Trump administration nixes Obama-era clean water protections

Trump administration nixes Obama-era clean water protections

In December Wheeler said the change "will result in significant cost savings" while protecting the nation's waterways and reducing "barriers to important economic and environmental projects".

But farmers and industry groups said the rule went too far, impeding their operations by extending the pollution restrictions to small, unnavigable waters - some of which appeared only after it had rained. The inclusion of ephemeral features also greatly expanded the scope of waters subject to the Clean Water Act, generally considered to be navigable waters and waters necessary for commerce.

The rule proposed by the previous administration would not add anything and it would only give litigious environmental groups the ability to bring citizen suits against farmers who are already working to improve and protect water quality.

The National Association of Manufacturers President and CEO Jay Timmons said the 2015 rule, which sought to clarify which wetlands and waterways were protected under the Clean Water Act, was "confusing and counterproductive". Farm and business groups have criticized WOTUS from its inception in 2015 as federal overreach, both in terms of how it was applied and whether the EPA had that power to begin with.

Zippy Duvall, president of the American Farm Bureau Federation, said the 2015 rule had generated a greater sense of urgency among its membership than any other issue.

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"The President's Dirty Water Rule will pollute and poison the clean drinking water of tens of millions of families and communities". In February 2017, he issued an executive order directing the EPA to review the regulation in an effort to pave the way for what Trump called "the elimination of this very destructive and frightful rule".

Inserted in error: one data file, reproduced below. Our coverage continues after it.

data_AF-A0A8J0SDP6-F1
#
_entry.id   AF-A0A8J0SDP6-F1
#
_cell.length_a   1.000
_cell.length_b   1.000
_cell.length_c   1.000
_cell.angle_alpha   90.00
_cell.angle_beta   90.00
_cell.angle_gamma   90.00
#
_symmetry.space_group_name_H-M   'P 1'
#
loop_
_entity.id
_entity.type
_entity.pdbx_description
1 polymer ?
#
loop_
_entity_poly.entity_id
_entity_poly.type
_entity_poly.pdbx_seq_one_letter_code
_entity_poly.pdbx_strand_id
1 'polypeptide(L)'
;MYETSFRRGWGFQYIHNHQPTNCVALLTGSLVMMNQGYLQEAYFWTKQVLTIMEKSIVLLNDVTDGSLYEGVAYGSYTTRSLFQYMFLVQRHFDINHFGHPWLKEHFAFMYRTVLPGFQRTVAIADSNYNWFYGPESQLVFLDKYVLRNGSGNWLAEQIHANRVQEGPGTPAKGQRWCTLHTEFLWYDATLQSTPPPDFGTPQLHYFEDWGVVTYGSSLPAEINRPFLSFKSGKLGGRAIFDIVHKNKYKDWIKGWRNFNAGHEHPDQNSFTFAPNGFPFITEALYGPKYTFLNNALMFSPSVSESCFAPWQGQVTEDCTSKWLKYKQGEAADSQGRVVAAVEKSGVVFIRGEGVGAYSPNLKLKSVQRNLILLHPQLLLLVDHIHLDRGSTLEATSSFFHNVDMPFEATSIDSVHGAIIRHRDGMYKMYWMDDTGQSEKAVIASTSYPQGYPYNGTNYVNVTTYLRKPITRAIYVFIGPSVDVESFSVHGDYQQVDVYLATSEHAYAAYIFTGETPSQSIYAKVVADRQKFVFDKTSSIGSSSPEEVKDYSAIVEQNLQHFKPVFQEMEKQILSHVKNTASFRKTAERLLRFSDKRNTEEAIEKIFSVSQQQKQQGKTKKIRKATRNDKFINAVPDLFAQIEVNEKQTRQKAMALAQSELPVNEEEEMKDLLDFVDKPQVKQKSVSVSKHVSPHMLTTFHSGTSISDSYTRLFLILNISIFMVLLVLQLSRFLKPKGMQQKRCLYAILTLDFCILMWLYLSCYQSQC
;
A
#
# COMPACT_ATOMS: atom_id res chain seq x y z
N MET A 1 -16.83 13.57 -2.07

NY farmers, Congressman Chris Collins and U.S. Secretary of Agriculture Sonny Perdue applaud today's announcement that the EPA and Army Corps of Engineers have agreed to rescind the 2015 Waters of the United States (WOTUS) rule. The rule opens the door for more pollution and toxic waste dumping in rivers, streams and wetlands across the country without any study of the effects on endangered wildlife.

The repeal remedies the legal and procedural deficiencies of the 2015 Rule, addresses the extensive litigation surrounding it, and recodifies and restores a regulatory process that has been in place for years. It's been held up in court in some states since its induction four years ago.

"That's why I've fought hard to ensure we get Washington's hands out of Iowans' lives by scrapping Obama's burdensome rule", said a statement from U.S. Sen. "Trump's rule will be met with an equal amount of opposition and court challenges and attempts to strike it down". Even if the repeal and replacement efforts get challenged in courts, "they still mark it as a major victory", Southerland says.

Democratic Rep. Dan Kildee of MI, where two disputes over federal wetlands permits led to the 2006 Supreme Court case, said Trump "has chose to weaken protections for our water and reward corporate polluters".